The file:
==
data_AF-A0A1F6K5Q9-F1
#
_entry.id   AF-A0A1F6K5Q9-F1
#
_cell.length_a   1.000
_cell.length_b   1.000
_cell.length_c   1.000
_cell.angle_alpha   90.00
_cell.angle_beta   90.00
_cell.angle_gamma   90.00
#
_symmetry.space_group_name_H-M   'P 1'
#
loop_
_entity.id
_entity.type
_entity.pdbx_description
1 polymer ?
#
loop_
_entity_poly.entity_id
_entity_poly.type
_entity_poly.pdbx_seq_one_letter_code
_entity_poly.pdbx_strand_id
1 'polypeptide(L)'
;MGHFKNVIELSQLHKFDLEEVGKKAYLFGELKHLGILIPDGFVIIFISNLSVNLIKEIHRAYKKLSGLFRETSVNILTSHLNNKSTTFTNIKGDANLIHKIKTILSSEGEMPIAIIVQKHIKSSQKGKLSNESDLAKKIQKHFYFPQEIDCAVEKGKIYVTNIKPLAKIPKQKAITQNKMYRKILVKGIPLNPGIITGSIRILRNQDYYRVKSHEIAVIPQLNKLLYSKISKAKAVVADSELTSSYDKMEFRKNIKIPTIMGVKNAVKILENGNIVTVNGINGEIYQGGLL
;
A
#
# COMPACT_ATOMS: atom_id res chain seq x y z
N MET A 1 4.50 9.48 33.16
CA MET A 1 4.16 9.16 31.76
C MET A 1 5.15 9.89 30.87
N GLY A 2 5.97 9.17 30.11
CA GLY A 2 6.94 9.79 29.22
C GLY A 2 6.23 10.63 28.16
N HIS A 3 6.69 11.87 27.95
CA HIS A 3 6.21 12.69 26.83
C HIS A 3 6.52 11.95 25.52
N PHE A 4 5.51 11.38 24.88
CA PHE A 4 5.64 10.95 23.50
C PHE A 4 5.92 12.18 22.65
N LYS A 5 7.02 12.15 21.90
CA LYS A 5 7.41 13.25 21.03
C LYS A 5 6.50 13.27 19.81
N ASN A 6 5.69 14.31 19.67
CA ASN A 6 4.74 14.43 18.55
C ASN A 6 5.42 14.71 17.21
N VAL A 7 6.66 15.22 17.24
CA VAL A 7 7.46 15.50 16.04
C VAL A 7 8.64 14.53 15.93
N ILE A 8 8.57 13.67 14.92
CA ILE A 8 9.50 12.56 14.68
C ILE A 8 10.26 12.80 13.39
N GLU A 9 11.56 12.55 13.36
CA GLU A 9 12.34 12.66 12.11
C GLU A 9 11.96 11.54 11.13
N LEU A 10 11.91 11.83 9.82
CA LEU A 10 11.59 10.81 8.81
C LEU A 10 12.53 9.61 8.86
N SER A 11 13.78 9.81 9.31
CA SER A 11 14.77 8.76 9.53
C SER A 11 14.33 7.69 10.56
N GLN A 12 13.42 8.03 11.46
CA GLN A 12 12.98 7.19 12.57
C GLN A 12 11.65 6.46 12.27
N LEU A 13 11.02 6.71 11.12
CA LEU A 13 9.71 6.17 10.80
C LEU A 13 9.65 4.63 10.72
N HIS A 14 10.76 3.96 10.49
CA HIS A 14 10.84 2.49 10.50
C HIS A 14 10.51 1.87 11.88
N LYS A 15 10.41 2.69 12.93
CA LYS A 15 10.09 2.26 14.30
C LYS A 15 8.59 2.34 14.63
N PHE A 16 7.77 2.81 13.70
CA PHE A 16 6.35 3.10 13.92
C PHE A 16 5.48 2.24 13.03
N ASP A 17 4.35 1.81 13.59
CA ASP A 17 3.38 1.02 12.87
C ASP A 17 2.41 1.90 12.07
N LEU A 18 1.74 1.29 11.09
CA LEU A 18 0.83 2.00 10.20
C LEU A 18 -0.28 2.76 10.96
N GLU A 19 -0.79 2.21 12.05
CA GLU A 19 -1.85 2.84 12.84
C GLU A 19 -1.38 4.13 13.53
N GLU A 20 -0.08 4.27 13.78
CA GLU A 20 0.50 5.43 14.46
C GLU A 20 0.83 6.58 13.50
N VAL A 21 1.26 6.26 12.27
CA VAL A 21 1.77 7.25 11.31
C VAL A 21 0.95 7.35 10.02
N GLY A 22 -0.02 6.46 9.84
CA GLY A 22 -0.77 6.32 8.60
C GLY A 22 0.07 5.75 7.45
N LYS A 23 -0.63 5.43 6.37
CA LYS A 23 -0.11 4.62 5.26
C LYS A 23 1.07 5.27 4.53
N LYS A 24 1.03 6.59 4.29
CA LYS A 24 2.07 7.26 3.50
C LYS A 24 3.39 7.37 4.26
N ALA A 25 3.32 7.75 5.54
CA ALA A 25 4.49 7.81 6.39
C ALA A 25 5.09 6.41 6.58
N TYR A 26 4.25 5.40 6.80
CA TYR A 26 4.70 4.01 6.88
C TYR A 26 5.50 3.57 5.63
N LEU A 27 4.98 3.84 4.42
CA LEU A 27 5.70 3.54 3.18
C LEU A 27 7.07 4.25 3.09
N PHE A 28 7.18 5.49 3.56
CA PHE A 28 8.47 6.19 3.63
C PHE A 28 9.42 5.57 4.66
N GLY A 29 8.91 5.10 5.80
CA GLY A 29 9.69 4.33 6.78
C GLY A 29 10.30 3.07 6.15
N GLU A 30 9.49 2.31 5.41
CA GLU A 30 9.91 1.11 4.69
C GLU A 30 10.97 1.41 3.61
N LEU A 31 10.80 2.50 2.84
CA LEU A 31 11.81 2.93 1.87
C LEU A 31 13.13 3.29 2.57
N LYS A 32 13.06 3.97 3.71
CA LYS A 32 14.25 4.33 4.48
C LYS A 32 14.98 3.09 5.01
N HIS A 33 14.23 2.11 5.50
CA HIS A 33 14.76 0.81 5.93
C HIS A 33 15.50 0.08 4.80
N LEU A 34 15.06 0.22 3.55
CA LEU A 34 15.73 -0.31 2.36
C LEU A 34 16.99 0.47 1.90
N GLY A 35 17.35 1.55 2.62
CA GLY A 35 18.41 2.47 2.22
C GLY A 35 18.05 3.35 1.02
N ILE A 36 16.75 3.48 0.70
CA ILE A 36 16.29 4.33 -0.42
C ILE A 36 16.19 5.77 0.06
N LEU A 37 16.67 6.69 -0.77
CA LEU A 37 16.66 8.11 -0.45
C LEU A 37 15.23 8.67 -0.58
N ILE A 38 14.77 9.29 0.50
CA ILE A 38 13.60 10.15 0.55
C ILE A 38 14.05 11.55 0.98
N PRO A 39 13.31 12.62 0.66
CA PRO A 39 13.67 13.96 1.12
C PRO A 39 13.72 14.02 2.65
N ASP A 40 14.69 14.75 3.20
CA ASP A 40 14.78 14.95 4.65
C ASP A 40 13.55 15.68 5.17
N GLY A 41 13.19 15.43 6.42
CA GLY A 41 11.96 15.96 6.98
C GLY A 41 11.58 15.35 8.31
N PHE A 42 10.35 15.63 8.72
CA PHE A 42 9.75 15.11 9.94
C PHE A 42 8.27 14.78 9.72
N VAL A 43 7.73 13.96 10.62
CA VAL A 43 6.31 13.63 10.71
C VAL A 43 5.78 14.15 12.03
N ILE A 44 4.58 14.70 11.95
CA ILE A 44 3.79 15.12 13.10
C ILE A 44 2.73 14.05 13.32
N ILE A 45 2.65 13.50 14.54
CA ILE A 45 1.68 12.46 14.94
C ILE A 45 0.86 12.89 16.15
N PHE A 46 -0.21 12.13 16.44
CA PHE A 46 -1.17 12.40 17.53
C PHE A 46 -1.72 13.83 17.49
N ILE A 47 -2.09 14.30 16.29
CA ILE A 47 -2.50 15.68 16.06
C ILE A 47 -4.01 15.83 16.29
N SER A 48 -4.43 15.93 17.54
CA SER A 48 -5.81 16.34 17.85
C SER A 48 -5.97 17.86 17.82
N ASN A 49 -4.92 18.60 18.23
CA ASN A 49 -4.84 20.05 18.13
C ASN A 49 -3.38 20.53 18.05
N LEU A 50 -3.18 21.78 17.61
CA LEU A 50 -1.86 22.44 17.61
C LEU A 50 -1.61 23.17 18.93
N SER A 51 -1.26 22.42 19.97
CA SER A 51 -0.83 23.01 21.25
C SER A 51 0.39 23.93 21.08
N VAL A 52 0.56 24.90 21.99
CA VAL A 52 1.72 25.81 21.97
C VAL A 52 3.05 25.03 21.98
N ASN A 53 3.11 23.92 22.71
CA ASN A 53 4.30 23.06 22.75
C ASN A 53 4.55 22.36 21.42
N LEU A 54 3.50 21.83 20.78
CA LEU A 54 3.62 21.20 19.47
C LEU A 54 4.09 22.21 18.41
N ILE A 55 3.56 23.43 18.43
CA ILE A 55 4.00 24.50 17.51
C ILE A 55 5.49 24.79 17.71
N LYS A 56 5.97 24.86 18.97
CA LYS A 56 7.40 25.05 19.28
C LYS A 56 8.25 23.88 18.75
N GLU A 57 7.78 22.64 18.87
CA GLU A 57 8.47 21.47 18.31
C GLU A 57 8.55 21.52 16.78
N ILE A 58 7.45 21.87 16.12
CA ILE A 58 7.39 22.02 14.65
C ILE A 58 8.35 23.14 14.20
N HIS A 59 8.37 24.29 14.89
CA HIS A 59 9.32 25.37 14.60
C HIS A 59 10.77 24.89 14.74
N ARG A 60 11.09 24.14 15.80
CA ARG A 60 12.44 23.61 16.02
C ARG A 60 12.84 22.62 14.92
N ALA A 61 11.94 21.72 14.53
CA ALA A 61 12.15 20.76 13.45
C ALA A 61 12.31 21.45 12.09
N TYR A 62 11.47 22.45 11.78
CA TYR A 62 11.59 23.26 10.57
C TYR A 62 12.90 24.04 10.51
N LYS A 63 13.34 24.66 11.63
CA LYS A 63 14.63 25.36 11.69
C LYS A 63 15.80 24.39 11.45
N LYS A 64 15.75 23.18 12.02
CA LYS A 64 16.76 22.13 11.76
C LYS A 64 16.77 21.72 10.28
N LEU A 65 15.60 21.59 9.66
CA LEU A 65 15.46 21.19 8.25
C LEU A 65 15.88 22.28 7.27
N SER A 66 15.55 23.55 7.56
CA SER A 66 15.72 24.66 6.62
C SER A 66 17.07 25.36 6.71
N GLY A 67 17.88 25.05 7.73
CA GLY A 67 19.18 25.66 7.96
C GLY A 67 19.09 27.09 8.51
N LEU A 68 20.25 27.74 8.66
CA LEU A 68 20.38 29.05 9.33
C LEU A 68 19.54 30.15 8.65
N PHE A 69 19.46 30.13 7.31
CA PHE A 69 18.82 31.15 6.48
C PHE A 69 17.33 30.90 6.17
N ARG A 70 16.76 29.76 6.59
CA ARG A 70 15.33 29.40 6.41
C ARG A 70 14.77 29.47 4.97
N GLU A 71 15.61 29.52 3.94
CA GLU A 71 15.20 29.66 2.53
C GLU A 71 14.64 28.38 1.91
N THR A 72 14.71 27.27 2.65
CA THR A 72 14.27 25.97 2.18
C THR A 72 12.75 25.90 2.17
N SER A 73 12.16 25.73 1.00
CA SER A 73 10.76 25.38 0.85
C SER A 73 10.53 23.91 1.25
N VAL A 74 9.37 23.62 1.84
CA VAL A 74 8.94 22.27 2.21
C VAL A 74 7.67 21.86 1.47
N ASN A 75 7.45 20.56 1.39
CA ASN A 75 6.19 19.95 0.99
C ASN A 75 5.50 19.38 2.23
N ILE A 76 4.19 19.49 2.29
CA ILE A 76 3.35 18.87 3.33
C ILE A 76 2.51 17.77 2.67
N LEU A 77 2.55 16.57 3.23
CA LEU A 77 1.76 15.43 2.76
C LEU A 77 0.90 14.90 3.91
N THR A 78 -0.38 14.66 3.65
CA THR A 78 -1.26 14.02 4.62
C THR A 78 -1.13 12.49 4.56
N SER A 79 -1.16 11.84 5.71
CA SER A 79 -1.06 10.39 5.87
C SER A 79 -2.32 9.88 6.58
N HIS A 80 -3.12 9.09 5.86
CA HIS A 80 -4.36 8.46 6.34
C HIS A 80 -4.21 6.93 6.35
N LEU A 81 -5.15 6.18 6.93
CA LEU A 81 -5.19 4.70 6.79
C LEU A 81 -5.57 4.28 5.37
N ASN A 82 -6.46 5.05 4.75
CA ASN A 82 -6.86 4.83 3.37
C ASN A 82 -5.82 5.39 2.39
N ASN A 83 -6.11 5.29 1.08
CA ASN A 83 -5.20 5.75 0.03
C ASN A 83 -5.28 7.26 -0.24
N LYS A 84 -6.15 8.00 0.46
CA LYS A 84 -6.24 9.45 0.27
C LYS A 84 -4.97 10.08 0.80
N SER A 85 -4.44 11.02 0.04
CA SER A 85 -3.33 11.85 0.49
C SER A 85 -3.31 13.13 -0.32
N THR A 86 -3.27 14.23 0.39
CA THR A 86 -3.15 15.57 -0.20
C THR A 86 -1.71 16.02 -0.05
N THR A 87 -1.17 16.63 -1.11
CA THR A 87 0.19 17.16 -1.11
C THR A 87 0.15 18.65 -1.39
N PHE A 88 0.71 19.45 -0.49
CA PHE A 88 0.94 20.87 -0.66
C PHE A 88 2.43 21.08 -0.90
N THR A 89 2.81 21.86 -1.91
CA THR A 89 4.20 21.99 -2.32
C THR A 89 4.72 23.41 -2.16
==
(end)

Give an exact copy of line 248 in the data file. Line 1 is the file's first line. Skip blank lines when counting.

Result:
CA SER A 73 10.76 25.38 0.85